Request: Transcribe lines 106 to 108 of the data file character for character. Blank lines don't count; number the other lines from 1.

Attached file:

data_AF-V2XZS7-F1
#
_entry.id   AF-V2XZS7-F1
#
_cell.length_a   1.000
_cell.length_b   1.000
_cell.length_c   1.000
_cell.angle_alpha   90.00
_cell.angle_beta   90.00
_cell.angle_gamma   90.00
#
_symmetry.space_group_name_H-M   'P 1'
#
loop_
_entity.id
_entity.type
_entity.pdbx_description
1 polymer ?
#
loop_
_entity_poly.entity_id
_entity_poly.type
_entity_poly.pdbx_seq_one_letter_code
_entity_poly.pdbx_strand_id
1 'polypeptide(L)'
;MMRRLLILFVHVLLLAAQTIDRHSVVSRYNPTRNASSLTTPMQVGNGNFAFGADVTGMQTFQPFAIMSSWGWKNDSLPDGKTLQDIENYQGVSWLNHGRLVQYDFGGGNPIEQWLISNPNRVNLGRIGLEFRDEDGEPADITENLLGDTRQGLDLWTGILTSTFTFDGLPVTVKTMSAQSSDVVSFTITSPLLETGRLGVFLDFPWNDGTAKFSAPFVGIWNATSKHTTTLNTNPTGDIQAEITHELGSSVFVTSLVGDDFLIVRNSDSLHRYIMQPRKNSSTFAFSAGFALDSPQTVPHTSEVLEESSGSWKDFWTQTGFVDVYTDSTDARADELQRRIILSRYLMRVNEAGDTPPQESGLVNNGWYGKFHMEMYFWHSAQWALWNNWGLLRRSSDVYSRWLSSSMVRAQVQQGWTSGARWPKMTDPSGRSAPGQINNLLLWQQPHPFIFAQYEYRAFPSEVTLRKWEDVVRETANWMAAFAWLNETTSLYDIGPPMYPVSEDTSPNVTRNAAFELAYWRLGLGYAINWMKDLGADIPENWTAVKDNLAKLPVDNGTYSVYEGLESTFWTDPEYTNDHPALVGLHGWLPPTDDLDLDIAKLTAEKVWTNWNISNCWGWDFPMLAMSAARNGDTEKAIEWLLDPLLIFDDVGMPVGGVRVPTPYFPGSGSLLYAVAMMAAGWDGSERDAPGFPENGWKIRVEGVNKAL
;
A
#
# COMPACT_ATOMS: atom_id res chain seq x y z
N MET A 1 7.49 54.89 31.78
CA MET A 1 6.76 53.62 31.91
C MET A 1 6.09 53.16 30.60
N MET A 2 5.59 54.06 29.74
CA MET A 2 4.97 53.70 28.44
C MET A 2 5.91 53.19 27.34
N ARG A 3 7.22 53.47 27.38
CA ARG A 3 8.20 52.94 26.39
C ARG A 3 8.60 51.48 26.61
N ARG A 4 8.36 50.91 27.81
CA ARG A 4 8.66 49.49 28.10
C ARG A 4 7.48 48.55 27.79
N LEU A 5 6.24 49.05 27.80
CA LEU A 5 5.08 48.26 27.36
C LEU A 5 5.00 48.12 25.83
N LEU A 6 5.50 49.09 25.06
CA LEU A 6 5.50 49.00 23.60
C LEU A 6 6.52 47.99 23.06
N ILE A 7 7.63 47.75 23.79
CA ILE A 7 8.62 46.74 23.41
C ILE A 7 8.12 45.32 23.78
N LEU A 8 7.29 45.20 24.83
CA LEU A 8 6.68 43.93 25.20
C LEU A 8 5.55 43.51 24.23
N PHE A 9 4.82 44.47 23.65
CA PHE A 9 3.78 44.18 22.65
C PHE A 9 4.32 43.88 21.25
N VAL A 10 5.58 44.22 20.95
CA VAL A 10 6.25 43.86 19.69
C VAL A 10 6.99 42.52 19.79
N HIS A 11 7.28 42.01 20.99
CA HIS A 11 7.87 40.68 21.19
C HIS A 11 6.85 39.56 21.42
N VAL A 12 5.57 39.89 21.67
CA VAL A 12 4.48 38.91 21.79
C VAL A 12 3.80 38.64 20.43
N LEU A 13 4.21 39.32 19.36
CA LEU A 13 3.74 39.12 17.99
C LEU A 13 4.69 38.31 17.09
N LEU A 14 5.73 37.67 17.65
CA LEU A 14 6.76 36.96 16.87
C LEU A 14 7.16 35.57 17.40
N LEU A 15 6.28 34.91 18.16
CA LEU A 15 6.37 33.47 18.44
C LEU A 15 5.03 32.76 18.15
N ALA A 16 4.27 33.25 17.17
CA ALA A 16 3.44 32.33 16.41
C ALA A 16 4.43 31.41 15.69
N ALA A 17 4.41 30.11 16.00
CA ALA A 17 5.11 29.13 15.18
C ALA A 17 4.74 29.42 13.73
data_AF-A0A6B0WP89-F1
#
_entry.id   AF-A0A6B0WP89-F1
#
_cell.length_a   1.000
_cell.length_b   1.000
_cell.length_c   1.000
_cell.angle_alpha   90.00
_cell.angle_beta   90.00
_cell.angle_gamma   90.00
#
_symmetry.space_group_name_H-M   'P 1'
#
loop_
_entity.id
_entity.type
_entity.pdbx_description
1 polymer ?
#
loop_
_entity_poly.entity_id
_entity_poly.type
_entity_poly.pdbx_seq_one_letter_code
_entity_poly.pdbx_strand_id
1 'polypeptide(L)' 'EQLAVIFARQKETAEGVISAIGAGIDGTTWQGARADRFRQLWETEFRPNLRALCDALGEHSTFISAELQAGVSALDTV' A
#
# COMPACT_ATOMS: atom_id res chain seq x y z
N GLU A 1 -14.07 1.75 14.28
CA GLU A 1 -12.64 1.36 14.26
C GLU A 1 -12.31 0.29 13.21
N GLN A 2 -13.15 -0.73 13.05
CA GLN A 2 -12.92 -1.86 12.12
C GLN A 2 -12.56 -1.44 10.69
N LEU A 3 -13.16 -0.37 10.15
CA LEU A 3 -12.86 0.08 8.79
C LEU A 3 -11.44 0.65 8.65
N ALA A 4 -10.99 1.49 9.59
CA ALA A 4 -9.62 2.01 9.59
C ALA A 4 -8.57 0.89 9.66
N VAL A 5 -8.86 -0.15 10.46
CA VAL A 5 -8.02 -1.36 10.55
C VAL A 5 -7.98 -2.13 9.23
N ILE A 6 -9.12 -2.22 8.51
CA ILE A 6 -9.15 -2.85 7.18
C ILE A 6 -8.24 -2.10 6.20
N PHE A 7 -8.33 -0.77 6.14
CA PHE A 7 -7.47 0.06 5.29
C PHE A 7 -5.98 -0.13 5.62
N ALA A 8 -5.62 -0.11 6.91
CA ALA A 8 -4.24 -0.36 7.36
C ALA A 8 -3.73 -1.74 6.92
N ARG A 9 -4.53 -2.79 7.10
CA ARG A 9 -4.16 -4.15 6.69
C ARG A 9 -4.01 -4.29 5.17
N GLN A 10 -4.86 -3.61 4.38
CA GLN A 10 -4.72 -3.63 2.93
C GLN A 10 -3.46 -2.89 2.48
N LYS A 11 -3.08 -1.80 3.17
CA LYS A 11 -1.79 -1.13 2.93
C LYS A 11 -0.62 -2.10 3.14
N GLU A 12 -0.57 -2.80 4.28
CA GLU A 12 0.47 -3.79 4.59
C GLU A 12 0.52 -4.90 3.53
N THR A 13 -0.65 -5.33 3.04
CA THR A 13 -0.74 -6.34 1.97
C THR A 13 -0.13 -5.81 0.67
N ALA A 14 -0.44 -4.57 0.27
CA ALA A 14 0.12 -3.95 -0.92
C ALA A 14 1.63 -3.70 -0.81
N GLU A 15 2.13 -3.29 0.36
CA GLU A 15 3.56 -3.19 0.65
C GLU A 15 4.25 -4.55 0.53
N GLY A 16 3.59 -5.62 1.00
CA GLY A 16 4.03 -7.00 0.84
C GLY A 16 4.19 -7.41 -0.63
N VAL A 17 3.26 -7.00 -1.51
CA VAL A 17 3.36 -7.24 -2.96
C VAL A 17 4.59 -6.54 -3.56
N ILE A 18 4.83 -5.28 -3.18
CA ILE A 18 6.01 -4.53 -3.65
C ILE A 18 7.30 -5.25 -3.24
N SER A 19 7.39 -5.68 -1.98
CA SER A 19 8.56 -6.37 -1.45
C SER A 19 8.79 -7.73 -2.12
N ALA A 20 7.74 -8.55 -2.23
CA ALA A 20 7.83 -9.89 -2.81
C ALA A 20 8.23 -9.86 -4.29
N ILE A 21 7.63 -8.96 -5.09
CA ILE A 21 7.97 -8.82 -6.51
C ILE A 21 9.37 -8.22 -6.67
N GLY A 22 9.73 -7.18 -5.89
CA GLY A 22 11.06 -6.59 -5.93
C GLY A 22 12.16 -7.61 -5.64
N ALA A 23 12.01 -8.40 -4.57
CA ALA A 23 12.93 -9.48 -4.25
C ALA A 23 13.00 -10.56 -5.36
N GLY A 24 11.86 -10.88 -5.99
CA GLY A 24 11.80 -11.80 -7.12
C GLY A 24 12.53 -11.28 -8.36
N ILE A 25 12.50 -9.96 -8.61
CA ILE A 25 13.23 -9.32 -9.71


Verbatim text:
1 'polypeptide(L)' 'EQLAVIFARQKETAEGVISAIGAGIDGTTWQGARADRFRQLWETEFRPNLRALCDALGEHSTFISAELQAGVSALDTV' A
#
# COMPACT_ATOMS: atom_id res chain seq x y z